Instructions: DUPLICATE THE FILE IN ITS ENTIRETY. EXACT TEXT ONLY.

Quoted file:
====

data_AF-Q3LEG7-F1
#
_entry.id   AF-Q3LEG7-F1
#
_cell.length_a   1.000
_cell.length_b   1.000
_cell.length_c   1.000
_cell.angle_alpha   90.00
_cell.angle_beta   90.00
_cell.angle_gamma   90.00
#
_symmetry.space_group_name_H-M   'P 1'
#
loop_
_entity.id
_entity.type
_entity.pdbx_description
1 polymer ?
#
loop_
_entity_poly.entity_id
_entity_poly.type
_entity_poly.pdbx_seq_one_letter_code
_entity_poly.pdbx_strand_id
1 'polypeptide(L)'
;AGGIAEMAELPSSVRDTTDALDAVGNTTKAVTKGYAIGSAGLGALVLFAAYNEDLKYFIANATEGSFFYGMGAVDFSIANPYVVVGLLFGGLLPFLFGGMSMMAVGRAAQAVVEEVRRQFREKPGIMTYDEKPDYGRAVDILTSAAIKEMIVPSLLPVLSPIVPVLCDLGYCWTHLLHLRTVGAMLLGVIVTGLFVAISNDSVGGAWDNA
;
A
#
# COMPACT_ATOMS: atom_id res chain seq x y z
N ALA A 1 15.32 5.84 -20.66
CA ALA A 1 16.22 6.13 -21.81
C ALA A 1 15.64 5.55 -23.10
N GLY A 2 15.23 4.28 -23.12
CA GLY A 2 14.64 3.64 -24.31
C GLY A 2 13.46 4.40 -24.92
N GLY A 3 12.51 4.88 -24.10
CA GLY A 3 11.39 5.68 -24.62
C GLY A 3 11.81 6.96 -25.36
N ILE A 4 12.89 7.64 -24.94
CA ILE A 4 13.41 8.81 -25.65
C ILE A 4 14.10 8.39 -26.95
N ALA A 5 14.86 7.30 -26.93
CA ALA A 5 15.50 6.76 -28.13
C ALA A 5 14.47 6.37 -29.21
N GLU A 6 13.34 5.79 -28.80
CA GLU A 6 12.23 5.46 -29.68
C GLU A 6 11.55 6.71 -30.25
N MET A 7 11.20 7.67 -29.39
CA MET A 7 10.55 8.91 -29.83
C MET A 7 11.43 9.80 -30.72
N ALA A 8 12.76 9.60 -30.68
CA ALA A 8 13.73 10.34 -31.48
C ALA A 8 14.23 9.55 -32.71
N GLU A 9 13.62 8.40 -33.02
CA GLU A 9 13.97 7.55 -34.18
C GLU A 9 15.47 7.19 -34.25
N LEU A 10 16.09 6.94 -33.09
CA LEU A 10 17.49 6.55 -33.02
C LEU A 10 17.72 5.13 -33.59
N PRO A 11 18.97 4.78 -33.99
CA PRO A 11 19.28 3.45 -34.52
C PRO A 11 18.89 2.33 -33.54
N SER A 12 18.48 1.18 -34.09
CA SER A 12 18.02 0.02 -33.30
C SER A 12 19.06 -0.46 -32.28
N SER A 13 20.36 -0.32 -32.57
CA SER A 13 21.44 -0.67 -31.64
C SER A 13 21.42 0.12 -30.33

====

data_AF-Q3LEG7-F1
#
_entry.id   AF-Q3LEG7-F1
#
_cell.length_a   1.000
_cell.length_b   1.000
_cell.length_c   1.000
_cell.angle_alpha   90.00
_cell.angle_beta   90.00
_cell.angle_gamma   90.00
#
_symmetry.space_group_name_H-M   'P 1'
#
loop_
_entity.id
_entity.type
_entity.pdbx_description
1 polymer ?
#
loop_
_entity_poly.entity_id
_entity_poly.type
_entity_poly.pdbx_seq_one_letter_code
_entity_poly.pdbx_strand_id
1 'polypeptide(L)'
;AGGIAEMAELPSSVRDTTDALDAVGNTTKAVTKGYAIGSAGLGALVLFAAYNEDLKYFIANATEGSFFYGMGAVDFSIANPYVVVGLLFGGLLPFLFGGMSMMAVGRAAQAVVEEVRRQFREKPGIMTYDEKPDYGRAVDILTSAAIKEMIVPSLLPVLSPIVPVLCDLGYCWTHLLHLRTVGAMLLGVIVTGLFVAISNDSVGGAWDNA
;
A
#
# COMPACT_ATOMS: atom_id res chain seq x y z
N ALA A 1 15.32 5.84 -20.66
CA ALA A 1 16.22 6.13 -21.81
C ALA A 1 15.64 5.55 -23.10
N GLY A 2 15.23 4.28 -23.12
CA GLY A 2 14.64 3.64 -24.31
C GLY A 2 13.46 4.40 -24.92
N GLY A 3 12.51 4.88 -24.10
CA GLY A 3 11.39 5.68 -24.62
C GLY A 3 11.81 6.96 -25.36
N ILE A 4 12.89 7.64 -24.94
CA ILE A 4 13.41 8.81 -25.65
C ILE A 4 14.10 8.39 -26.95
N ALA A 5 14.86 7.30 -26.93
CA ALA A 5 15.50 6.76 -28.13
C ALA A 5 14.47 6.37 -29.21
N GLU A 6 13.34 5.79 -28.80
CA GLU A 6 12.23 5.46 -29.68
C GLU A 6 11.55 6.71 -30.25
N MET A 7 11.20 7.67 -29.39
CA MET A 7 10.55 8.91 -29.83
C MET A 7 11.43 9.80 -30.72
N ALA A 8 12.76 9.60 -30.68
CA ALA A 8 13.73 10.34 -31.48
C ALA A 8 14.23 9.55 -32.71
N GLU A 9 13.62 8.40 -33.02
CA GLU A 9 13.97 7.55 -34.18
C GLU A 9 15.47 7.19 -34.25
N LEU A 10 16.09 6.94 -33.09
CA LEU A 10 17.49 6.55 -33.02
C LEU A 10 17.72 5.13 -33.59
N PRO A 11 18.97 4.78 -33.99
CA PRO A 11 19.28 3.45 -34.52
C PRO A 11 18.89 2.33 -33.54
N SER A 12 18.48 1.18 -34.09
CA SER A 12 18.02 0.02 -33.30
C SER A 12 19.06 -0.46 -32.28
N SER A 13 20.36 -0.32 -32.57
CA SER A 13 21.44 -0.67 -31.64
C SER A 13 21.42 0.12 -30.33